Bring out the big guns
Since Oracle (ORCL) launched its $6.3 billion hostile takeover for rival PeopleSoft (PSFT) last month, most of the focus has been on their warring CEOs — Oracle's Larry Ellison, who is pursuing the deal, and former protégé Craig Conway of PeopleSoft, who's resisting it.
But the outcome may well be determined by a cadre of high-priced hired guns who jump from merger to merger.
In PeopleSoft's corner, there's attorney Gary Reback, who led Netscape Communications' antitrust tussle against Microsoft, an Oracle rival. There's also PR power broker Joele Frank, who represented Walter Hewlett in his unsuccessful bid to block Hewlett-Packard's $20 billion merger with Compaq Computer.
On Oracle's side, there's the attorney who led the Justice Department's antitrust division under President George H.W. Bush and a former chairman of the Federal Trade Commission.
"It's like wrestling, where combatants trash talk (about) each another but understand it's just a business thing," says compensation expert Graef Crystal. He estimates top advisers make at least $500 an hour. "They're thick-skinned people who are friends in the end. That's because they're all winning big fees."
Feels like a reunion
In the field of high-stakes tech mergers and acquisitions, those with expertise are hot commodities. "There's a reason you see the same names attached to big tech deals — it's a small universe," says Charles Elson, director of the University of Delaware's center for corporate governance.
Indeed, several experts retained by PeopleSoft say it sometimes feels like a reunion when they huddle on strategy.
Reback's eight-page letter to the Justice Department on Aug. 12, 1996, persuaded prosecutors to investigate Microsoft's tactics in its browser war with Netscape. That led to the five-year antitrust suit against Microsoft. Reback also assisted Justice's challenge of Microsoft's proposed purchase of Intuit in 1995, which Microsoft eventually withdrew.
When Oracle announced its takeover bid, Silicon Valley attorney Reback, who spent the past three years as an entrepreneur, was quickly on the phone with Anne Jordan, PeopleSoft's general counsel. "I told her, 'This looks familiar,' " Reback says, drawing comparisons between Microsoft's strategies and Oracle's. A few days later, he was on board.
He claims Oracle, No. 1 in database software, is buying PeopleSoft to kill it and force 40% of PeopleSoft's customers, who use database products from IBM and Microsoft, to switch to Oracle. Oracle denies the charge.
Frank, meanwhile, has a long history with Ellison. She assisted Apple Computer during Ellison's abortive campaign to buy Apple in 1997.
When Oracle launched its initial bid for PeopleSoft on June 6, Frank burned the phone lines to join its defense team — and she did, by the end of the day.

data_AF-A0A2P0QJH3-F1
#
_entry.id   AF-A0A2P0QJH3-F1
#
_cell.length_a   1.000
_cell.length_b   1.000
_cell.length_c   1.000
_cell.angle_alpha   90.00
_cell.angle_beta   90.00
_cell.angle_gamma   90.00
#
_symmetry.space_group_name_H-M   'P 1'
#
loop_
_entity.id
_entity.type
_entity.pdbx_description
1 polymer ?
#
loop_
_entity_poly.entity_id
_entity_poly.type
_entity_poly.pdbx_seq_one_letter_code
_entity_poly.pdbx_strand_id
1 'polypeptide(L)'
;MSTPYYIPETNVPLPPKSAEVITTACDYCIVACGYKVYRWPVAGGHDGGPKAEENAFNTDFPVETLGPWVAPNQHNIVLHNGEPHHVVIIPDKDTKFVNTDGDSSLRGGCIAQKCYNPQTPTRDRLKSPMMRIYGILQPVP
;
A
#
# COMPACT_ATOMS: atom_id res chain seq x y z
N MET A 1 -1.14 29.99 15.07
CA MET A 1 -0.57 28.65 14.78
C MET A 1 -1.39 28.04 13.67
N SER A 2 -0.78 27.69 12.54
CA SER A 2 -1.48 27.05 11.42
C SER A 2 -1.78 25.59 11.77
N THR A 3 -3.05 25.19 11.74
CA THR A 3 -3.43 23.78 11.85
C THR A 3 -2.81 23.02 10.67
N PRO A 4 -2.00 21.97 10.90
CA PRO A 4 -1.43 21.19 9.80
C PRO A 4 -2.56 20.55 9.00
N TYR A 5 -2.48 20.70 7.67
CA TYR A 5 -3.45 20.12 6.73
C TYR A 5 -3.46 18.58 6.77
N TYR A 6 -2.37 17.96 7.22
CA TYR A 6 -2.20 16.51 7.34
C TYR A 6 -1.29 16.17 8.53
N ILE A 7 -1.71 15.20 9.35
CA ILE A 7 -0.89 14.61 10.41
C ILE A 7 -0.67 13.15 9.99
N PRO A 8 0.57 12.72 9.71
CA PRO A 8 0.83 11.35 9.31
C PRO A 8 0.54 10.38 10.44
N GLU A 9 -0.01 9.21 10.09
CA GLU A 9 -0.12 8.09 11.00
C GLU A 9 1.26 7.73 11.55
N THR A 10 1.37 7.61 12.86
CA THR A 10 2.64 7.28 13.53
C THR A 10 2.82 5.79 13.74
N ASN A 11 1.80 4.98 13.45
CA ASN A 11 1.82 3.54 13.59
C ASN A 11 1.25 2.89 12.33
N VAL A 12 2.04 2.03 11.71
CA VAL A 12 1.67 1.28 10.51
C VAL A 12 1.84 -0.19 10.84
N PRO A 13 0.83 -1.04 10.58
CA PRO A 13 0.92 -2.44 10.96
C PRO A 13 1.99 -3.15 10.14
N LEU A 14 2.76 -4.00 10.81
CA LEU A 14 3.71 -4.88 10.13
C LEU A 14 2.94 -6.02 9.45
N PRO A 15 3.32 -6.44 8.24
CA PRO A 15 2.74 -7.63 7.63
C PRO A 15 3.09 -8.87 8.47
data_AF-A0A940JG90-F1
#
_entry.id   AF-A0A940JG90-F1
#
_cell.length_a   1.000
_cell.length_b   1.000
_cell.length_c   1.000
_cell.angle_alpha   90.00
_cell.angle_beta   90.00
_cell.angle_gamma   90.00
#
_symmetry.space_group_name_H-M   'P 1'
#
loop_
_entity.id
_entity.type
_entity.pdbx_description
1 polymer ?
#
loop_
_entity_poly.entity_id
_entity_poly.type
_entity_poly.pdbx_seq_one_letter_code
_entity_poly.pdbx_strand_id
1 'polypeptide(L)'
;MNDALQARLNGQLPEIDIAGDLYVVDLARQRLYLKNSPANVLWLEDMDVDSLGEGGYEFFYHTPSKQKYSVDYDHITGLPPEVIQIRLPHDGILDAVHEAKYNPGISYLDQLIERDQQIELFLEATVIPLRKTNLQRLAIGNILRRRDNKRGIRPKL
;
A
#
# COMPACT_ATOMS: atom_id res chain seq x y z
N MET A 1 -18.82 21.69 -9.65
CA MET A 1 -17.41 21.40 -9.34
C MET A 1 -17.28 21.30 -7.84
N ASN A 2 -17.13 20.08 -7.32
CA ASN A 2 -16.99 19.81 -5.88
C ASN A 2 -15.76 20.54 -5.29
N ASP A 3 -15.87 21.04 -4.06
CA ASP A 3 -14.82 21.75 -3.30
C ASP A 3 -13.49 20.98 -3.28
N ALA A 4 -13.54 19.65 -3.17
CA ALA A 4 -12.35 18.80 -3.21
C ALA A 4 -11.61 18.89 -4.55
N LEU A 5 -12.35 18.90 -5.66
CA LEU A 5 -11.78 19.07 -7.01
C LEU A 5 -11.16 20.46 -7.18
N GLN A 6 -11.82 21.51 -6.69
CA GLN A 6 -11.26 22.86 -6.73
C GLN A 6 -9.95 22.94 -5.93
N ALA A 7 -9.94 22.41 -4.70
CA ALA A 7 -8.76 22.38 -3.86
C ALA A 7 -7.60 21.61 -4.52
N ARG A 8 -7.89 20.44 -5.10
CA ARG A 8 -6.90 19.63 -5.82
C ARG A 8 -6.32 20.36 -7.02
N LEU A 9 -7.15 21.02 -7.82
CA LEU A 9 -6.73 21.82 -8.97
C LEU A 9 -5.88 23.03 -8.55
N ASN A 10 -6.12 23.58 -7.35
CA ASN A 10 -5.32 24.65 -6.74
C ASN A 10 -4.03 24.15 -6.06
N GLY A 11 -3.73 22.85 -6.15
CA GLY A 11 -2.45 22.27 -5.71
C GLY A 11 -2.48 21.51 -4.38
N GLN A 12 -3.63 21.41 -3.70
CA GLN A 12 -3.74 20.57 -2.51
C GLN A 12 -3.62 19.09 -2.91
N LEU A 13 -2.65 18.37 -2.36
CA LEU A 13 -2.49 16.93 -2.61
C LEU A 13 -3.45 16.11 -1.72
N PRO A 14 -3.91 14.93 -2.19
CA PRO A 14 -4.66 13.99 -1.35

"She's the Jewish mother of M&A deals," says Reback, who worked with Frank when Hasbro spurned a 1997 merger with Mattel.
Most recently, Frank, who declined to be interviewed, was a key strategist behind Walter Hewlett's quixotic quest to derail H-P's acquisition of Compaq last year.
Through an aggressive campaign of news leaks and advertisements, Frank's firm nearly toppled the biggest merger in tech history.
Now Frank finds herself plotting and joking with the same bankers she competed with on the H-P/Compaq merger — Goldman Sachs and Citigroup.
As quickly as tech's movers and shakers were assembled in PeopleSoft's defense, Oracle lined up its own heavy hitters.
Oracle Vice President Ken Glueck says he has hired about a dozen lawyers, bankers and economists.
Heading the team is law firm Howry Simon Arnold & White, which represented ScanSoft and Reuters in their respective takeovers of SpeechWorks International and Bridge Information Systems.
One of its partners, James Rill, 71, served under President Bush as head of the Justice Department antitrust division from 1989 to 1992. Jim Miller, 60, an economist at the firm, was FTC chairman from 1981 to 1985 under President Reagan.
"Gary Reback is fighting the last war against the wrong enemy," Rill said in a phone interview. "The parallel with Microsoft just ain't there. Oracle doesn't have a monopoly in the database market."
In the middle, this time, is famed valley attorney Larry Sonsini, 62, CEO of Wilson Sonsini Goodrich & Rosati.
He represents J.D. Edwards in its $1.75 billion proposed merger with PeopleSoft. Sonsini was Reback's boss during Netscape's clash with Microsoft, and he was H-P's lead attorney during its merger battle.
"In these high-profile M&A deals, you get a lot of the same people involved — me, Gary, Joele," he says. "That's the nature of the business."
Merger experts say there is more at stake than just the future of Oracle and PeopleSoft.
"This could set the tone for reputations and business in the (tech) M&A field for years," says Ken Marlin. "It's all about both sides making strong, clear messages to shareholders."